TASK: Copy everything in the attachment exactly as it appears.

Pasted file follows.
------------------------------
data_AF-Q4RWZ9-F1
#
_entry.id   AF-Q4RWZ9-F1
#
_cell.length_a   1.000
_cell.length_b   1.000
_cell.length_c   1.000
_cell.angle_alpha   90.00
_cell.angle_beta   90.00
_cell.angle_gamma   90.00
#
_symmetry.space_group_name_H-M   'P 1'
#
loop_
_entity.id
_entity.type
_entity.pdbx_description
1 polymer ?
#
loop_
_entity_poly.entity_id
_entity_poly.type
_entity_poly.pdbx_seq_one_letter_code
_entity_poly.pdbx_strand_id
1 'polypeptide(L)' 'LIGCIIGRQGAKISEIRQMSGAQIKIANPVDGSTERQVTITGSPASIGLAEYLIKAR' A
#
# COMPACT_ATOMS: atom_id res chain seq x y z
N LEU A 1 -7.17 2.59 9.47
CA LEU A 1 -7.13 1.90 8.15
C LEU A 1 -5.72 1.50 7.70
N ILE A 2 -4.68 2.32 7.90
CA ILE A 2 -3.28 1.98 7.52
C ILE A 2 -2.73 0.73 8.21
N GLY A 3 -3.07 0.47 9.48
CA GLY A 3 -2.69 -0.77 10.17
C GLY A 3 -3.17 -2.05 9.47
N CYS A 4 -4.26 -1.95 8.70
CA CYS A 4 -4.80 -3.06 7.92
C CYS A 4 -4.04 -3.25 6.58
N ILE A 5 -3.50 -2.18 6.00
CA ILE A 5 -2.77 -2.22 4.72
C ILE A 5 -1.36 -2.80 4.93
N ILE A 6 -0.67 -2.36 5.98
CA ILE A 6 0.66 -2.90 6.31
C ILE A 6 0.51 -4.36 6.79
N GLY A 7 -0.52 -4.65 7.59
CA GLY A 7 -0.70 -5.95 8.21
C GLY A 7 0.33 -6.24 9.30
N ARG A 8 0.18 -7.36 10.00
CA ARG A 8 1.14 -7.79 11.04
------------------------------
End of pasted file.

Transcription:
data_AF-Q4RWZ9-F1
#
_entry.id   AF-Q4RWZ9-F1
#
_cell.length_a   1.000
_cell.length_b   1.000
_cell.length_c   1.000
_cell.angle_alpha   90.00
_cell.angle_beta   90.00
_cell.angle_gamma   90.00
#
_symmetry.space_group_name_H-M   'P 1'
#
loop_
_entity.id
_entity.type
_entity.pdbx_description
1 polymer ?
#
loop_
_entity_poly.entity_id
_entity_poly.type
_entity_poly.pdbx_seq_one_letter_code
_entity_poly.pdbx_strand_id
1 'polypeptide(L)' 'LIGCIIGRQGAKISEIRQMSGAQIKIANPVDGSTERQVTITGSPASIGLAEYLIKAR' A
#
# COMPACT_ATOMS: atom_id res chain seq x y z
N LEU A 1 -7.17 2.59 9.47
CA LEU A 1 -7.13 1.90 8.15
C LEU A 1 -5.72 1.50 7.70
N ILE A 2 -4.68 2.32 7.90
CA ILE A 2 -3.28 1.98 7.52
C ILE A 2 -2.73 0.73 8.21
N GLY A 3 -3.07 0.47 9.48
CA GLY A 3 -2.69 -0.77 10.17
C GLY A 3 -3.17 -2.05 9.47
N CYS A 4 -4.26 -1.95 8.70
CA CYS A 4 -4.80 -3.06 7.92
C CYS A 4 -4.04 -3.25 6.58
N ILE A 5 -3.50 -2.18 6.00
CA ILE A 5 -2.77 -2.22 4.72
C ILE A 5 -1.36 -2.80 4.93
N ILE A 6 -0.67 -2.36 5.98
CA ILE A 6 0.66 -2.90 6.31
C ILE A 6 0.51 -4.36 6.79
N GLY A 7 -0.52 -4.65 7.59
CA GLY A 7 -0.70 -5.95 8.21
C GLY A 7 0.33 -6.24 9.30
N ARG A 8 0.18 -7.36 10.00
CA ARG A 8 1.14 -7.79 11.04